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Homework Help: How to integrate?

  1. Jul 13, 2011 #1
    1. The problem statement, all variables and given/known data

    How do you integrate: 1/3(x^2(50 - x^2)^(3/2))

    2. Relevant equations



    3. The attempt at a solution

    I tried by parts with no luck :(
     
  2. jcsd
  3. Jul 13, 2011 #2
    Start out by taking out x^2 to get
    [tex]\frac{1}{x^2x^3(50x^{-2}-1)^{3/2}}[/tex]
     
  4. Jul 13, 2011 #3
    Sorry, it's kinda hard to read, I still don't follow.
     
  5. Jul 13, 2011 #4
    Take out (x^2) from the denominator's root.
    [tex]\int \frac{1}{3x^2(50-x^2)^{3/2}}dx = \int \frac{1}{3x^2x^3(50x^{-2}-1)^{3/2}} dx[/tex]
     
  6. Jul 13, 2011 #5

    SammyS

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    Do you mean: [itex]\displaystyle \int{\frac{1}{3x^2(50-x^{2})^{3/2}}}\,dx\ ?[/itex]

    What did you try for parts?

    A trig. substitution may work better.
     
  7. Jul 13, 2011 #6
    Oh, I see :) Very Nice, Thanks :)
     
  8. Jul 13, 2011 #7
    For parts I tried u=x, dv=x(50-x^2)^(3/2)

    How would you do it with trig sub?
     
  9. Jul 13, 2011 #8
    actually I'm stuck after factoring out x^2 because I get: 1/3 * (50/(x^2) - 1)^(3/2), but I don't know how to proceed.
     
  10. Jul 14, 2011 #9
    The x's don't cancel outside of the 3/2 root.
    The second step would be to do a substitution of everything inside the 3/2 root.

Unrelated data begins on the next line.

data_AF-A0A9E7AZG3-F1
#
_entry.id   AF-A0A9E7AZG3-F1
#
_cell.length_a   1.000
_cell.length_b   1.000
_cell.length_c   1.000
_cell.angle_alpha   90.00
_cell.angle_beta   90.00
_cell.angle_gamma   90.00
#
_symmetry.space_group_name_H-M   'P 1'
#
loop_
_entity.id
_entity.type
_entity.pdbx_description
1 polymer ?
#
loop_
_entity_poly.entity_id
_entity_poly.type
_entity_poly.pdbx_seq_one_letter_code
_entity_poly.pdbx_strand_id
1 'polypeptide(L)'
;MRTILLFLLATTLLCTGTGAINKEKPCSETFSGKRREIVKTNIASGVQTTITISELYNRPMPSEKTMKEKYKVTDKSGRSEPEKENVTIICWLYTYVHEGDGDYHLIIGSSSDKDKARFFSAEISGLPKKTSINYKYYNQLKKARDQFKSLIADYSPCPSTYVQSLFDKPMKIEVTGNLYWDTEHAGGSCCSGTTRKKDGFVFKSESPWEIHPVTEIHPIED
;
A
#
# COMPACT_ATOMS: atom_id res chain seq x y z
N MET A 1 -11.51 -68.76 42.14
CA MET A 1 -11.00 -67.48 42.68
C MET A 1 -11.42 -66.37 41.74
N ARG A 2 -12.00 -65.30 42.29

[tex]\int \frac{1}{3x^2x^3(50x^{-2}-1)^{3/2}} dx[/tex]
    u = 50x^(-2) - 1
     
  11. Jul 14, 2011 #10
    The original equation is: (1/3)(x^2(50 - x^2)^(3/2)) when I take out x^2 I get: (1/3)(x^2*x^3(50/x^2 -1)^(1/3)) and if u= 50/x^2 -1 then du = -100/x^3 which doesn't help

    P.S. Latex code that you are using doesn't work and it makes it real hard to understand what you mean, if you could just use the keyboard I would get a better idea of what you mean.
     
  12. Jul 14, 2011 #11
    Ah, sorry I thought it was all in the denominator.
    For that one all I think of is a trig substitution, which isn't my best area.

    But looking at it I'd think you want to try x = 5 sqrt(2) sin(u) so that you can get rid of the root into a cosine.
     
  13. Jul 14, 2011 #12
    Thanks I'll give it a shot.
     
  14. Jul 14, 2011 #13
    Yeah, it's a pretty nasty problem, I don't know why they would include it in our book without explanation.
     
  15. Jul 14, 2011 #14

    SammyS

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    So, it really is: [itex]\displaystyle \int{\frac{1}{3}x^2(50-x^{2})^{3/2}}\,dx\ ?[/itex]

    For parts, I would use u = (1/3)(50-x^{2})^{3/2} & dv = x2dx.
     
  16. Jul 14, 2011 #15
    Ok I'll try that as well, thanks.
     
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